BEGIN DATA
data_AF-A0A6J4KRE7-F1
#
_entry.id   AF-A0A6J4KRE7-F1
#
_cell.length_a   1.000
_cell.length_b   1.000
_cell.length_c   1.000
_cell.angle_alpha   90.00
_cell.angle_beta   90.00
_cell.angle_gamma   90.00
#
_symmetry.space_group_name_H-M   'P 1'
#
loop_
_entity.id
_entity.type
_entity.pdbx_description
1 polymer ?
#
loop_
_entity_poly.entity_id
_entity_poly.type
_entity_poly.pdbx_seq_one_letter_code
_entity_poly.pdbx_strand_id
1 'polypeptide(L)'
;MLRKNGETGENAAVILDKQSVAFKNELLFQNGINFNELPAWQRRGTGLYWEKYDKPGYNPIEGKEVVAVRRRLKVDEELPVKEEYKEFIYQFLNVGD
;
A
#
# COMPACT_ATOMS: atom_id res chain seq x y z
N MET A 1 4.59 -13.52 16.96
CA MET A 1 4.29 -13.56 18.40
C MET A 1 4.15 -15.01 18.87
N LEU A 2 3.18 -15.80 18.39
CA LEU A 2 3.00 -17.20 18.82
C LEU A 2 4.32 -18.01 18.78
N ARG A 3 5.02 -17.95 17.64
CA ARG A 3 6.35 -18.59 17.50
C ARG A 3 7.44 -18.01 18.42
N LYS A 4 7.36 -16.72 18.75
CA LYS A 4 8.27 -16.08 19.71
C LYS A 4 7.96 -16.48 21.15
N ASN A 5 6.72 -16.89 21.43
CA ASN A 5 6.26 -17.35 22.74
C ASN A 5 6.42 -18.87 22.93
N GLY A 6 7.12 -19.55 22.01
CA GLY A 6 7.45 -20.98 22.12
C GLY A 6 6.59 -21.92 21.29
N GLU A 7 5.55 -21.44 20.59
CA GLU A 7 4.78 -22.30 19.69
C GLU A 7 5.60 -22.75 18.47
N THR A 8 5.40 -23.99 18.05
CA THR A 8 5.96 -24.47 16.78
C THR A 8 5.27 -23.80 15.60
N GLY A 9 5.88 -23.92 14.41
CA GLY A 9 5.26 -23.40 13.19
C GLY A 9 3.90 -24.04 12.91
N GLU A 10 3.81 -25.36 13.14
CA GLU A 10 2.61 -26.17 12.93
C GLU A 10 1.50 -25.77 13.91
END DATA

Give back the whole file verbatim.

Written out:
data_AF-A0A6J4KRE7-F1
#
_entry.id   AF-A0A6J4KRE7-F1
#
_cell.length_a   1.000
_cell.length_b   1.000
_cell.length_c   1.000
_cell.angle_alpha   90.00
_cell.angle_beta   90.00
_cell.angle_gamma   90.00
#
_symmetry.space_group_name_H-M   'P 1'
#
loop_
_entity.id
_entity.type
_entity.pdbx_description
1 polymer ?
#
loop_
_entity_poly.entity_id
_entity_poly.type
_entity_poly.pdbx_seq_one_letter_code
_entity_poly.pdbx_strand_id
1 'polypeptide(L)'
;MLRKNGETGENAAVILDKQSVAFKNELLFQNGINFNELPAWQRRGTGLYWEKYDKPGYNPIEGKEVVAVRRRLKVDEELPVKEEYKEFIYQFLNVGD
;
A
#
# COMPACT_ATOMS: atom_id res chain seq x y z
N MET A 1 4.59 -13.52 16.96
CA MET A 1 4.29 -13.56 18.40
C MET A 1 4.15 -15.01 18.87
N LEU A 2 3.18 -15.80 18.39
CA LEU A 2 3.00 -17.20 18.82
C LEU A 2 4.32 -18.01 18.78
N ARG A 3 5.02 -17.95 17.64
CA ARG A 3 6.35 -18.59 17.50
C ARG A 3 7.44 -18.01 18.42
N LYS A 4 7.36 -16.72 18.75
CA LYS A 4 8.27 -16.08 19.71
C LYS A 4 7.96 -16.48 21.15
N ASN A 5 6.72 -16.89 21.43
CA ASN A 5 6.26 -17.35 22.74
C ASN A 5 6.42 -18.87 22.93
N GLY A 6 7.12 -19.55 22.01
CA GLY A 6 7.45 -20.98 22.12
C GLY A 6 6.59 -21.92 21.29
N GLU A 7 5.55 -21.44 20.59
CA GLU A 7 4.78 -22.30 19.69
C GLU A 7 5.60 -22.75 18.47
N THR A 8 5.40 -23.99 18.05
CA THR A 8 5.96 -24.47 16.78
C THR A 8 5.27 -23.80 15.60
N GLY A 9 5.88 -23.92 14.41
CA GLY A 9 5.26 -23.40 13.19
C GLY A 9 3.90 -24.04 12.91
N GLU A 10 3.81 -25.36 13.14
CA GLU A 10 2.61 -26.17 12.93
C GLU A 10 1.50 -25.77 13.91